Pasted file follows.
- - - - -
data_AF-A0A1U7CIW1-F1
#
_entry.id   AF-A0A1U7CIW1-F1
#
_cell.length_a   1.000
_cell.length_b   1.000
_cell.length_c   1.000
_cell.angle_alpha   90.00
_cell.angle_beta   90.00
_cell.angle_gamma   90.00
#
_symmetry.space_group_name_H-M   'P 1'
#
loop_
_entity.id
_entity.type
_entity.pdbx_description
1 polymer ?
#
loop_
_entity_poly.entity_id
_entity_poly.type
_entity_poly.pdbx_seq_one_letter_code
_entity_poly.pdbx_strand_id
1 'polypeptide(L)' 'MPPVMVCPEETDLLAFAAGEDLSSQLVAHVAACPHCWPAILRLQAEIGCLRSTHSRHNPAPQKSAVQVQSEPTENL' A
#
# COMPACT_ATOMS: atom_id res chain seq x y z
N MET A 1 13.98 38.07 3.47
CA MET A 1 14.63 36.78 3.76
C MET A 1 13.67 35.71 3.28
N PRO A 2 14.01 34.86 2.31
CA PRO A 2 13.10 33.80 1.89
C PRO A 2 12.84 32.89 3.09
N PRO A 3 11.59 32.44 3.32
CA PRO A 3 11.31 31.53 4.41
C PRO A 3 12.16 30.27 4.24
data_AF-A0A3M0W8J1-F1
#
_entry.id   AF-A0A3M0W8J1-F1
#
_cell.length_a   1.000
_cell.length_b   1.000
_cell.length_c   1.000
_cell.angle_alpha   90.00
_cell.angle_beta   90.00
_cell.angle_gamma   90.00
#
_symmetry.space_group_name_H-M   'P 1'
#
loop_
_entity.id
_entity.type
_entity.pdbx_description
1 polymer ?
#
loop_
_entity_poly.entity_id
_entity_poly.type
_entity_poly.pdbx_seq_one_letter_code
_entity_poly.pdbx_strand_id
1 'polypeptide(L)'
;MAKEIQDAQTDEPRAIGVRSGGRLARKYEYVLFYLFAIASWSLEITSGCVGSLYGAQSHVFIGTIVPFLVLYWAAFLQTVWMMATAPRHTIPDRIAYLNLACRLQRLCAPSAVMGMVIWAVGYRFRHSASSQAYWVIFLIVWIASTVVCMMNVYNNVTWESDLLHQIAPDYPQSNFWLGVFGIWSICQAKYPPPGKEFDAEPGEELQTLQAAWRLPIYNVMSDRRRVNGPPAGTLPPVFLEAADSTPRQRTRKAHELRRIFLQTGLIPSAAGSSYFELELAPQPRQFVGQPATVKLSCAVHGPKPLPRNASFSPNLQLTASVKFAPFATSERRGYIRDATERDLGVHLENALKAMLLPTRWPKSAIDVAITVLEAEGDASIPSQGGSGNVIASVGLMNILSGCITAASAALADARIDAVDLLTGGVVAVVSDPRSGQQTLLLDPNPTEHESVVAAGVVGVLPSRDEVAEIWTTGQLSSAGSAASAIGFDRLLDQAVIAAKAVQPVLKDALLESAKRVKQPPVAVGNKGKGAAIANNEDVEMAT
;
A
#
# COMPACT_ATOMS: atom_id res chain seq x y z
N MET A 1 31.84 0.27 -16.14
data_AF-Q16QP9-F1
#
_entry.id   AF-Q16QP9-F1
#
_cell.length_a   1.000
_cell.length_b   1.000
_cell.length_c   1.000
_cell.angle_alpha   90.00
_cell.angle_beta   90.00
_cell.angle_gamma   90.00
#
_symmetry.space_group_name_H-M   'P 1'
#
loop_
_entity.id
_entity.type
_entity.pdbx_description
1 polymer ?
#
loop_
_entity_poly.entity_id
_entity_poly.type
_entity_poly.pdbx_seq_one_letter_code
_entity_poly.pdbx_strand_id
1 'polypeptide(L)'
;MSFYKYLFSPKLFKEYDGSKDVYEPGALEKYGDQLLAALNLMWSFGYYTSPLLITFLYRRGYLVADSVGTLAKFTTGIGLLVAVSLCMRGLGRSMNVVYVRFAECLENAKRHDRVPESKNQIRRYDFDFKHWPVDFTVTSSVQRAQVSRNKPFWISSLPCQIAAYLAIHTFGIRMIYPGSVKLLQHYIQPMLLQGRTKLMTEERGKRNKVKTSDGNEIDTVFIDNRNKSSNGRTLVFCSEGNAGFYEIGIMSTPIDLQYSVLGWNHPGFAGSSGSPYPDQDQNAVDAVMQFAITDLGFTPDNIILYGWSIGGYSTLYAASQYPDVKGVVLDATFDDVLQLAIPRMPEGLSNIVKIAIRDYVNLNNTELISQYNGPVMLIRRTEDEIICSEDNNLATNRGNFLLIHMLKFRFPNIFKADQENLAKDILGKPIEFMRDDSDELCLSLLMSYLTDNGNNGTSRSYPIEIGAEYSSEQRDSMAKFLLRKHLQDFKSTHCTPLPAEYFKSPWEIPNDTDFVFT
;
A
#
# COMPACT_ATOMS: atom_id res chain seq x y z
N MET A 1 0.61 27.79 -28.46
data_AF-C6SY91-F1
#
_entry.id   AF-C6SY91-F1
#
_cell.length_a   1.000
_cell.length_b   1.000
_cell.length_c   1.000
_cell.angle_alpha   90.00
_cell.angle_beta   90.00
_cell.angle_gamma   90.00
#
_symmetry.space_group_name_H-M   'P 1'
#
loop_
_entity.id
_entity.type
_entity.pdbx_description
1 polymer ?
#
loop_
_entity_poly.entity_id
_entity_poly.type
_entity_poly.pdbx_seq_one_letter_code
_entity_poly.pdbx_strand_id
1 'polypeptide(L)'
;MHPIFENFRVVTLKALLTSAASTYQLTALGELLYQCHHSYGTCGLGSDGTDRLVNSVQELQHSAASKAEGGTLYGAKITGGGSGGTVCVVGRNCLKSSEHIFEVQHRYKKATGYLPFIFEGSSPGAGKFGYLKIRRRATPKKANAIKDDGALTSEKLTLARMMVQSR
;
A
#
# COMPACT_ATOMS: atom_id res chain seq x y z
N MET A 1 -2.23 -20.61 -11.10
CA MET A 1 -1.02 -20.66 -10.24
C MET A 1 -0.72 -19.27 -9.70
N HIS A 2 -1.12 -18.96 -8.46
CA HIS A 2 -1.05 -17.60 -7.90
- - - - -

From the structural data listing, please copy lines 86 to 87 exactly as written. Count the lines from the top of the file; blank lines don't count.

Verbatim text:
#
loop_